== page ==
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Giving up isn’t always a bad thing. There are many legitimate reasons to give up on any task. Maybe you’ve accomplished enough of it already. Maybe the cost of continuing outweighs the benefits of succeeding. Or maybe you’ve just lost interest in the goal. But there are some bad reasons to give up as well.
One of those bad reasons is a demon that’s haunted Shawn Spradling most of his life, and it’s probably haunting you, too. I interviewed Shawn in his office at Center Pointe Christian Church in West Chester, Ohio, to get his personal story. As always, it’s more interesting to listen to my guests tell their own story, which you can do by clicking the play button above. But below is a shortened version of his story that was published in my book, Parenting with a Story.
Shawn grew up in Mount Sterling, Kentucky, a city of about six thousand people in the north-central part of the state, right in the heart of basketball country. At that time, school basketball teams for boys started as early as the fourth grade, and Shawn was quick to be among them. In those early grades, anyone who wanted to sign up could be on the team.
But by Shawn’s seventh-grade year, the teams were more selective, which meant to earn a spot he had to make it through tryouts. That made Shawn anxious.
I was really concerned I’d get cut, primarily because it would be embarrassing, and I’d have to explain that,” he recalls.
Tryouts were scheduled after school every day for a week. All the boys who wanted to go out for the team played together and went through drills for the first couple of days. By the third day, the coach started making cuts. At the end of the hour, names of the players remaining on the team were placed on the board. If your name wasn’t on the list, you didn’t make it.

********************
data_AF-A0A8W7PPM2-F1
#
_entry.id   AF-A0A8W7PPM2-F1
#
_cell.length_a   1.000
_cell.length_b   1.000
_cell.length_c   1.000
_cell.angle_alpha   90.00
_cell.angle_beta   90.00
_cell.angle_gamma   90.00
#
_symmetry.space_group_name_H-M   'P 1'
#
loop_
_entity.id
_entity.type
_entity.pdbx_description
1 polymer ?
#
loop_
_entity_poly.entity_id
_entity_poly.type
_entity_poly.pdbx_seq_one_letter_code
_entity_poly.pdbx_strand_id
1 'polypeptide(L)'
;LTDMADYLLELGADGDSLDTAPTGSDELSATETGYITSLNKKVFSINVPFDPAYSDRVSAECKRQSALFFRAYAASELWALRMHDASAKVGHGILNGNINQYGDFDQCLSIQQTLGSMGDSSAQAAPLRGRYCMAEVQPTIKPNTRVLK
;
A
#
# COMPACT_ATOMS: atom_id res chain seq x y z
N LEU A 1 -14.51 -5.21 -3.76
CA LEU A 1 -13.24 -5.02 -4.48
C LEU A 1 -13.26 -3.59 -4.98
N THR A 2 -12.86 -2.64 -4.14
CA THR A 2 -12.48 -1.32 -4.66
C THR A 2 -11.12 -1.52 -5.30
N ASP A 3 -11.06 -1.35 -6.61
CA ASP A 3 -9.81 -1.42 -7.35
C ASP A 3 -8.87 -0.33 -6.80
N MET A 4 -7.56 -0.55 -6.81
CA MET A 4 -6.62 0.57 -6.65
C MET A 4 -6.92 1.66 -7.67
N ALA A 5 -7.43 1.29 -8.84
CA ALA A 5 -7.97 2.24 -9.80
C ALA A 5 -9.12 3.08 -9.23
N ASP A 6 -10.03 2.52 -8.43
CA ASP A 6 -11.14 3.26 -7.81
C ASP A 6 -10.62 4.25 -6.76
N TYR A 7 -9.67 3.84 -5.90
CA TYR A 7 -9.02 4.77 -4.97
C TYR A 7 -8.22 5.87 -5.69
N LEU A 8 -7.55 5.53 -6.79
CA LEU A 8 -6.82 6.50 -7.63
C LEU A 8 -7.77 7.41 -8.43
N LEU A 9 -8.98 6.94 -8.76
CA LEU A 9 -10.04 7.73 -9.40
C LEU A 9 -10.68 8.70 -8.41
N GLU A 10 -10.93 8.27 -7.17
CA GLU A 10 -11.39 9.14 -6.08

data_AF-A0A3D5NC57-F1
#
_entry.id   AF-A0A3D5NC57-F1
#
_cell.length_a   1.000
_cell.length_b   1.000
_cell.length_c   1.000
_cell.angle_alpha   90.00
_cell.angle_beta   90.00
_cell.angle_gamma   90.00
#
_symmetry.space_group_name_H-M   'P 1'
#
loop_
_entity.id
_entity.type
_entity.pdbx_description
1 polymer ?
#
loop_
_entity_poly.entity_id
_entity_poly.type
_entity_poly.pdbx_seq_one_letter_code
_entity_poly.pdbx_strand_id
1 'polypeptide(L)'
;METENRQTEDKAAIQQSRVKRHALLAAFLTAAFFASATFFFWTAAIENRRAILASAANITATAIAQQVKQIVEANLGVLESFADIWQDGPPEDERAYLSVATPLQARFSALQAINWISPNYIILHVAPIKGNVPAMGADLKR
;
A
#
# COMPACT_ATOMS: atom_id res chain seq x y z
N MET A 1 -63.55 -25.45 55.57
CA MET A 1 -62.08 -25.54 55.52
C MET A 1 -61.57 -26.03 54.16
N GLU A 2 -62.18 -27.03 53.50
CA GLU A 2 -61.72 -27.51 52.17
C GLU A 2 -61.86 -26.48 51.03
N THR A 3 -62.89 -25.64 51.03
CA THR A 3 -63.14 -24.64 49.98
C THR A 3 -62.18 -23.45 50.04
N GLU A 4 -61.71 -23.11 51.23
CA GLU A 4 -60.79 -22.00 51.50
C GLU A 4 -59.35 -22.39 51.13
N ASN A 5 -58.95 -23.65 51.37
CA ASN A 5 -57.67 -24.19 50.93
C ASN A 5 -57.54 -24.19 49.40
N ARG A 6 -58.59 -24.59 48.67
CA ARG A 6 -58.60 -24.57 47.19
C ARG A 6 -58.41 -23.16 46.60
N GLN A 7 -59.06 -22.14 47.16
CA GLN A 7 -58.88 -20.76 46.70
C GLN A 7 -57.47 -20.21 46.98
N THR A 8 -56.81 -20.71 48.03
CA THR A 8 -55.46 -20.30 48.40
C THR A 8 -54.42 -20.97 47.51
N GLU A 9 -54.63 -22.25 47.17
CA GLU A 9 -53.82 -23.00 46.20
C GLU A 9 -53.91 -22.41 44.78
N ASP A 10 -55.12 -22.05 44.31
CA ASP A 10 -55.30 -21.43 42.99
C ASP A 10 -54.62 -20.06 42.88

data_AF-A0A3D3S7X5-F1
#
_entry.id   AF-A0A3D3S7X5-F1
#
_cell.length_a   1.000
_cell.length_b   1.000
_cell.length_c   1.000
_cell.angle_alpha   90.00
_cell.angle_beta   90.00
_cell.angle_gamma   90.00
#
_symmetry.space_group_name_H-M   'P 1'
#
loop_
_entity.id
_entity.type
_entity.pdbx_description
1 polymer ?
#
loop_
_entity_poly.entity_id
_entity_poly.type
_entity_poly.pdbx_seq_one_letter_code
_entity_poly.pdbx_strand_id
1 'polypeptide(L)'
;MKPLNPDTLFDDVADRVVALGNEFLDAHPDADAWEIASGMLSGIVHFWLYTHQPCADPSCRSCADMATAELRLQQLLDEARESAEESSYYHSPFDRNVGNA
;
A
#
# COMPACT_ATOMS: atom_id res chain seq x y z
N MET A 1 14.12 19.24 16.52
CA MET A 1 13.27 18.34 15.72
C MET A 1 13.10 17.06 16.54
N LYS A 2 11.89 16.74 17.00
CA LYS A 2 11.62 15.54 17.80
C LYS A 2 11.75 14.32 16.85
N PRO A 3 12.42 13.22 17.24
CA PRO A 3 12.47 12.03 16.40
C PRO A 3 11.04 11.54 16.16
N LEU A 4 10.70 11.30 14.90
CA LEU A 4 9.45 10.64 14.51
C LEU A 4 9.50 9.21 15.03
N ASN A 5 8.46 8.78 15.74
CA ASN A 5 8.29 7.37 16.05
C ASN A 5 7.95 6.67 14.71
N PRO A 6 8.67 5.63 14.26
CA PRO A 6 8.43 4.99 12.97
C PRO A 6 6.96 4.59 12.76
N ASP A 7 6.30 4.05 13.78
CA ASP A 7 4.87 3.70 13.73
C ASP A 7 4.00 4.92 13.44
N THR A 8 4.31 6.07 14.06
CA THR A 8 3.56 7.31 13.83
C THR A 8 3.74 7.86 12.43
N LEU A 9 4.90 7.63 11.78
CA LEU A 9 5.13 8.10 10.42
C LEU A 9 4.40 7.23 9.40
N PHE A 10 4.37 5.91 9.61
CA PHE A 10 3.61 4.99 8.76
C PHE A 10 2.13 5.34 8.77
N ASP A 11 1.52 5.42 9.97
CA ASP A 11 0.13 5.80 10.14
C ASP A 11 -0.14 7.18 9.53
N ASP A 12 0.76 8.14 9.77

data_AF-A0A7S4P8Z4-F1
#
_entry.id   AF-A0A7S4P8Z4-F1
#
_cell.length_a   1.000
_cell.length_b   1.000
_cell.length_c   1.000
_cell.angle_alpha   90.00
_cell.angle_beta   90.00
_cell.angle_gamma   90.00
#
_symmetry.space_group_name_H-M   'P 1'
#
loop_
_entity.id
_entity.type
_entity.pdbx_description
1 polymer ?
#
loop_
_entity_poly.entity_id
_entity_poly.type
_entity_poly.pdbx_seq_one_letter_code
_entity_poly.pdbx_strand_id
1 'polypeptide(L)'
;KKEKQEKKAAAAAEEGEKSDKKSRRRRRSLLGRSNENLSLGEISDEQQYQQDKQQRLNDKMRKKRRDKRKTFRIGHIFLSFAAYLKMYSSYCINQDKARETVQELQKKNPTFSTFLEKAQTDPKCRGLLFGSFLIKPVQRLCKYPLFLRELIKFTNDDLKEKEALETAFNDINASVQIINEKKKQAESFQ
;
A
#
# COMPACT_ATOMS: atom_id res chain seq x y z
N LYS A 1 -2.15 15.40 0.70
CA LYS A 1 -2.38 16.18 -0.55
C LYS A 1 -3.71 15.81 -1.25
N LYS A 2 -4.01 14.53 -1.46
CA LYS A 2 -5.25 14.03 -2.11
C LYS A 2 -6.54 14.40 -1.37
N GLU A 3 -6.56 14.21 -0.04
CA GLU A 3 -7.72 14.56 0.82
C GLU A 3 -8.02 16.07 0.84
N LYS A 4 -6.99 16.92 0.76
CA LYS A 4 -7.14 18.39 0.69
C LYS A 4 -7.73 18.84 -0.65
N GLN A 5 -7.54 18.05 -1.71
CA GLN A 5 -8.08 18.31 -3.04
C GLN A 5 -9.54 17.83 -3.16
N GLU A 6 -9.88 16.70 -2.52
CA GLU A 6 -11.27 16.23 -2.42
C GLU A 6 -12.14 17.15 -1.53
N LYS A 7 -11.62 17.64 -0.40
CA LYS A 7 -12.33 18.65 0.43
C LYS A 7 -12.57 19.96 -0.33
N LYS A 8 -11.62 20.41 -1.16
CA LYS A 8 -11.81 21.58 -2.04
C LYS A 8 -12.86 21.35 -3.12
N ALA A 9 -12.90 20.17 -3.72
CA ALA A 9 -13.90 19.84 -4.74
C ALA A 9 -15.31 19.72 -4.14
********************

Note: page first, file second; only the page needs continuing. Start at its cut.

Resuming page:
Shawn made it through the first cut, and the second one. But going into the final day of tryouts, he was nervous. He knew how many spots were available on the team. And by now he knew all the other boys and what their skill levels were. So he started doing the math in his head. And he didn’t like his odds. “What if I don’t make it?” he asked himself. The thought of being cut weighed heavier and heavier on Shawn, and that fear eventually overwhelmed him. He started looking for an exit strategy.
So on the last day of tryouts, Shawn simply didn’t show up. Instead of going to the gym after school, he got on the bus like he would have on any other normal school day and went home.
When Shawn’s father got home from work, he found his son playing basketball in the driveway. When he asked him why he wasn’t at basketball tryouts, Shawn told him,
I just decided I didn’t want to play.”
Shawn thought that would be easier to say—to himself probably as much as to anyone else—than it would be to explain that “I didn’t make the cut, I didn’t get picked, or I wasn’t good enough.” But Dad saw through that immediately. Shawn described his reaction this way: “He was absolutely furious with me, that I would quit on the last day.”
So there Shawn was, playing out his exit strategy, perhaps considering if he was right. Was suffering his father’s disappointment indeed easier than his own embarrassment of getting cut? And if that’s where his ordeal ended, he might have concluded that he was right. But it got worse.
That night, Shawn’s best friend, Brady, called him and asked him why he wasn’t at tryouts. Shawn practiced his rehearsed answer once again. And once again, his audience saw through it. That’s when Brady told Shawn something he didn’t expect to hear.
But Shawn, you’d already made the team!”
Apparently, the coach had confided in Brady that he’d been debating between Shawn and another boy named Jason. But he’d already decided to give the spot to Shawn. He just hadn’t posted that decision yet. Unfortunately, since Shawn didn’t show up on the last day of tryouts, he had to give the spot to Jason.